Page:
Wes Shepherd
wesshepherd@rogers.com

Wes
11th of January 2008 (Fri), 22:14
Since you need 'credit' to post constructive criticism I guess I'll say it.

Your white balance is off, shots are underexposed, and composition is fairly bland. Great job taking the initiative to be at the right place at the right time. though.

And that was a fairly prickly thing of you to say. Great photographers don't have to be great forum-posters.

Hi TeeTee...right from the first post I apologized for the picture quality...there was never any illusion in my mind that these were award winning shots...they just are what they are.

Woolburr
11th of January 2008 (Fri), 22:32
Good photojournalism work. You are Ok in these photos, but for readers of this thread.....

Be careful posting shots like this for details such as license plates, pictures of suspects, pictures of victims, etc. I do not think its a HIPPA violation because you did not obtain the information first hand, but it is sensitive information.

In the United States, HIPPA stands for Health Insurance Portability and Accountability Act. Its a privacy law statute. Bottom line is that EMS and firefighters cannot disclose ANY details of a patients health status, details of the patient, etc. So, if I am on a call, what I see, what I say, what I hear, etc. stays with me forever. If I took pictures on a call and disclosed any of the details, I could be in major hot water.

Does it apply if YOU take the pictures? I do not know. But I know this: If you capture a great image and there is any issue regarding privacy, i.e., a license plate, a face of the victim, etc., photoshop a blur at that detail on the image to be safe.

There was another thread recently of a pedestrian hit by a car and this entire Forum could see his face. I think that could be a problem both legally and morally.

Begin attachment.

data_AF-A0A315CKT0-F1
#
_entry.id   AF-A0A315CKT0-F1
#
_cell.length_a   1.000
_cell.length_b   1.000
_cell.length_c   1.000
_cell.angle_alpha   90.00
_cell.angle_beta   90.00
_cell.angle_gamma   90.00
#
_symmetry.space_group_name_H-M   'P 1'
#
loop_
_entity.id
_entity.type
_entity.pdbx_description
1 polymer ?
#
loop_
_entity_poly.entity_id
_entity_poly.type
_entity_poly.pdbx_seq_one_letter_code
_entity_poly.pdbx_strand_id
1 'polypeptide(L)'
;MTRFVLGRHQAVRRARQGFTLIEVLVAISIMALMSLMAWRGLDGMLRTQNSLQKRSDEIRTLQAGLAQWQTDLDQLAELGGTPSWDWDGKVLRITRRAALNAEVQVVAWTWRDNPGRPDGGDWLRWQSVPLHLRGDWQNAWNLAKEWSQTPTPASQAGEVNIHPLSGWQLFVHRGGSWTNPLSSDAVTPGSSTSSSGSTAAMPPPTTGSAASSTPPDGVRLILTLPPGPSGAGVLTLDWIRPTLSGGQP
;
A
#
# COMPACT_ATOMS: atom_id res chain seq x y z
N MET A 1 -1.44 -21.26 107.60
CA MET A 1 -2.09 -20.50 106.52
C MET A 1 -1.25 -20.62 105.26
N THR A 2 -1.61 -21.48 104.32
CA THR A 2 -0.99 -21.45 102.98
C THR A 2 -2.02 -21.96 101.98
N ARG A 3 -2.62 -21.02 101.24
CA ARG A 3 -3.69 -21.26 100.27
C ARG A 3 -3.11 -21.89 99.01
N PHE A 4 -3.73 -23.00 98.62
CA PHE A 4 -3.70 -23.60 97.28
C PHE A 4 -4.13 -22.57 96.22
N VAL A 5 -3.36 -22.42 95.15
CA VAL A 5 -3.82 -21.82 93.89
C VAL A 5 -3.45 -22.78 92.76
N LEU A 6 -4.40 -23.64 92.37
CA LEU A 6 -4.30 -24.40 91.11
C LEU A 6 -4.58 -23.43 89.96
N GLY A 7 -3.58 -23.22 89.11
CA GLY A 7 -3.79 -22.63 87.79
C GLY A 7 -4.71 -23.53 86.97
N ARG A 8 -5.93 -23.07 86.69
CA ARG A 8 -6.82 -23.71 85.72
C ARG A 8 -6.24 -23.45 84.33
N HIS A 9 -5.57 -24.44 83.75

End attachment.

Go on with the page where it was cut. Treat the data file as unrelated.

As for your shots in this thread, I think you are fine. I cant read that plate on the car and the body is covered. Nonetheless, just food for thought for others reading my thoughts.



provider,

HIPPA applies to the medical profession. As a private citizen, you are not covered by the statute.

airfrogusmc
11th of January 2008 (Fri), 22:34
And its Canada, right? I thought HIPPA was only in the US...

HarrisonClicks
12th of January 2008 (Sat), 09:51
HIPPA applies to the medical profession. As a private citizen, you are not covered by the statute.

With due respect, you are 100% incorrect, sir. It depends. However, you are probably correct that a pure private citizen taking a picture should be ok. But not all posters of images are purely private citizens - some are in the quasi-medical profession such as firefighters, etc.

Richtherookie
15th of January 2008 (Tue), 09:13
I would think as long as the victum could not be ID you'd be OK. But as far as HIPA goes, I go to the call and keep my mouth shut. Don't really know the laws about photography and HIPPA. But we could debait this all year couldn't we?

Wes
23rd of January 2008 (Wed), 21:19
I'd like to thank every single poster who uttered a comment on these poor shots, whether about their technical worth, my prowess, or was that really a body? I've been in this forum for a couple of years and never had this many people this interested in even what I considered were my good shots (which these weren't).

Stay tuned, as I try to figure out the codes buzzing across my not-very-legal police wavelength scanner.

Wes

HarleyQuinn
23rd of January 2008 (Wed), 21:59
Spooky. Congrats on being brave enough to photo that.

(Ghosts like electrical conduits and I'm not sure my insurance would cover a haunted camera.)

emtp563
24th of January 2008 (Thu), 11:39
Nice candid shot. You were lucky to be there and have your camera with you. Ignore what some of the other people in this forum are saying. They clearly know nothing about HIPPA or any other privacy laws.

Wes
31st of January 2008 (Thu), 21:16